“I must congratulate you on your virtuoso performance, my boy. Centauri is impressed.” Those who instantly recognize those flattering words will likely hold fond memories of The Last Starfighter, director Nick Castle’s 1984 wish fulfillment sci-fi adventure about a teenage trailer park dweller who is recruited to fight in a genuine interstellar war against space aliens due to the incredible sharpshooting skills he has demonstrated in a video game. Though the film’s original theatrical run was modest, Starfighter has garnered a cult following through television, VHS, and DVD and has endured for three decades as a touchstone of Reagan-era nostalgia.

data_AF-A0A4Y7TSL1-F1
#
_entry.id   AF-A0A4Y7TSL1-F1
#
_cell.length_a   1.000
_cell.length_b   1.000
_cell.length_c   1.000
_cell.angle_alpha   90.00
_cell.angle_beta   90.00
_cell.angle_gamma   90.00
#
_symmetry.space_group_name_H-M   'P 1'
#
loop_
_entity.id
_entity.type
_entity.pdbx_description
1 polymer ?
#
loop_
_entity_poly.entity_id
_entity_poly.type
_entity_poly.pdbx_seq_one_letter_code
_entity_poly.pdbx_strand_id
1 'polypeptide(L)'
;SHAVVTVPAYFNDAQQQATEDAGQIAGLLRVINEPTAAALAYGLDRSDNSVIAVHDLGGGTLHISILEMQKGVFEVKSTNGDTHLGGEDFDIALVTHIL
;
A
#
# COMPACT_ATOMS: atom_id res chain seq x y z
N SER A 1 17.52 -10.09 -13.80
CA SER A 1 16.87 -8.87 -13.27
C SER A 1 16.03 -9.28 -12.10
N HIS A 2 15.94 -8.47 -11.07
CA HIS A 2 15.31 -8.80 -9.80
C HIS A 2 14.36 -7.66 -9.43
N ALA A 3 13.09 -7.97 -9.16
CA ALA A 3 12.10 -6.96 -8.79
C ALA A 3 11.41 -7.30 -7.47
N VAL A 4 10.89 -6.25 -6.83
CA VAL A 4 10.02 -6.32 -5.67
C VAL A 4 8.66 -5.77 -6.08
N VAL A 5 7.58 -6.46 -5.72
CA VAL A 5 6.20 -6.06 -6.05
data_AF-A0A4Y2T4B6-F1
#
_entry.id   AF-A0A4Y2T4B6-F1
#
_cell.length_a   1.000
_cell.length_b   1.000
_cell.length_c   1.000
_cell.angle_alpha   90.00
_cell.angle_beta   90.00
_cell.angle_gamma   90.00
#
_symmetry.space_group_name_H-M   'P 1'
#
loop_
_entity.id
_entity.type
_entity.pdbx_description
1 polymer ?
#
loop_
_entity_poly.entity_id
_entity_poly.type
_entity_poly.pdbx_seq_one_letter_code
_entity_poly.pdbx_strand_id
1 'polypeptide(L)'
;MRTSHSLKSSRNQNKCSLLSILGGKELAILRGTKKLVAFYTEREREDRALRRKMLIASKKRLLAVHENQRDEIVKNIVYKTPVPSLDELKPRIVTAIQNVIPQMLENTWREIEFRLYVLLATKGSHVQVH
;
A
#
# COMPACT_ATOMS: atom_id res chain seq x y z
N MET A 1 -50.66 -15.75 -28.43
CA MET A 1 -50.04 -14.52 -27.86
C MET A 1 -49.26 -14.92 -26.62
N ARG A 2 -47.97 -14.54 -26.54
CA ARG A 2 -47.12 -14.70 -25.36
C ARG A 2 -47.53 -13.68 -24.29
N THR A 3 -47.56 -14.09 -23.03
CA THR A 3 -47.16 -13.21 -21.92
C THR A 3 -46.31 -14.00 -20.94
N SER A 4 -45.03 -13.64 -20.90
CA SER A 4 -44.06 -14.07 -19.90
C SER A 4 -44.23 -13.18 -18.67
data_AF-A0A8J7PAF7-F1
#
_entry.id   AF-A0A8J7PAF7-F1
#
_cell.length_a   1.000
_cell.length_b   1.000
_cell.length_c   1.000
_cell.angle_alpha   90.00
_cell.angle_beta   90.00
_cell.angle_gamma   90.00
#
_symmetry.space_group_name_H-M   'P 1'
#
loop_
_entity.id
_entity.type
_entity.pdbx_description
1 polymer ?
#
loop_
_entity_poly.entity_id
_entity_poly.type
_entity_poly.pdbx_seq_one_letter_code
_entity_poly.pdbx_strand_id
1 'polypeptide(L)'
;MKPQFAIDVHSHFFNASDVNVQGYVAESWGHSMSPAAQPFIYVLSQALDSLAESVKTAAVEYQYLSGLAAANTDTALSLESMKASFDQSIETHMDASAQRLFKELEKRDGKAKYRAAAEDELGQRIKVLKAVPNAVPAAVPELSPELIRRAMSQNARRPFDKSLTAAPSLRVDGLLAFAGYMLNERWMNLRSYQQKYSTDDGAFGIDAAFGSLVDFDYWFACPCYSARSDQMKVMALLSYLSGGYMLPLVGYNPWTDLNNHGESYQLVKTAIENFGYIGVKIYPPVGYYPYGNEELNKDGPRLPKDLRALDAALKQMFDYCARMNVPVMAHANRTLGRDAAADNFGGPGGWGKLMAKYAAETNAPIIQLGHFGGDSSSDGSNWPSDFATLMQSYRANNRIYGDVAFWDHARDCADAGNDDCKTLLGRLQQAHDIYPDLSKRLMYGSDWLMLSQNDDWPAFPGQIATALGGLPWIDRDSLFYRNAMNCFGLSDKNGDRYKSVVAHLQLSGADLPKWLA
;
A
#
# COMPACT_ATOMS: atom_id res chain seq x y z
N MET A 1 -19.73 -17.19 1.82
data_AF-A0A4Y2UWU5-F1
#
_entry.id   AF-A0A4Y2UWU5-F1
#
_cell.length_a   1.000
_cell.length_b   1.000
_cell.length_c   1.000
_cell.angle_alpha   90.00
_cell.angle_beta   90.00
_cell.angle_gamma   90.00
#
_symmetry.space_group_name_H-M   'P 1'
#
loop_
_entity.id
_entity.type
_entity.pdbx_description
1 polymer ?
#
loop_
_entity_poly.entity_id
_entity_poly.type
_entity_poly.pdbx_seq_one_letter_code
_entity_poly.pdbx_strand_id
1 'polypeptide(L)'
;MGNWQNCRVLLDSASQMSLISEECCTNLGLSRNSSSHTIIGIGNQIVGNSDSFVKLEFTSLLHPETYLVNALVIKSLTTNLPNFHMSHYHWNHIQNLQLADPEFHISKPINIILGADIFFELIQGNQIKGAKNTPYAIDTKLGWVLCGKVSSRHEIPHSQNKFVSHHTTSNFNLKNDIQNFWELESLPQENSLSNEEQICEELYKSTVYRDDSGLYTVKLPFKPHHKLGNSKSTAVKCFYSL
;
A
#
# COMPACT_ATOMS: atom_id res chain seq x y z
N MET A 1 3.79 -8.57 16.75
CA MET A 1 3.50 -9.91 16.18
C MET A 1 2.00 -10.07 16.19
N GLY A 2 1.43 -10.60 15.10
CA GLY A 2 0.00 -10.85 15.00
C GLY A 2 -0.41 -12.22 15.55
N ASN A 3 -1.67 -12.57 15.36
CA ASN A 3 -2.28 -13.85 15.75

To celebrate the impending 30th anniversary of the movie’s release, writer Ryan Plummer has assembled an affectionate and informative behind-the-scenes history of The Last Starfighter, combing through books, articles, and DVD commentaries for details about the production. Included in the article are tidbits about the actors (including The Music Man himself, Robert Preston, who thoroughly enjoyed this final role), the screenplay (which struggled to distinguish itself from the films of the Spielberg/Lucas canon), and the movie’s then-novel use of computer-augmented effects (which proved versatile yet problematic). Also addressed, alas, are those deathless rumors of sequels, remakes, and reboots. On that last front, there may not be too much cause for concern. “In the initial release,” recalls star Lance Guest, “it didn’t make any money.”
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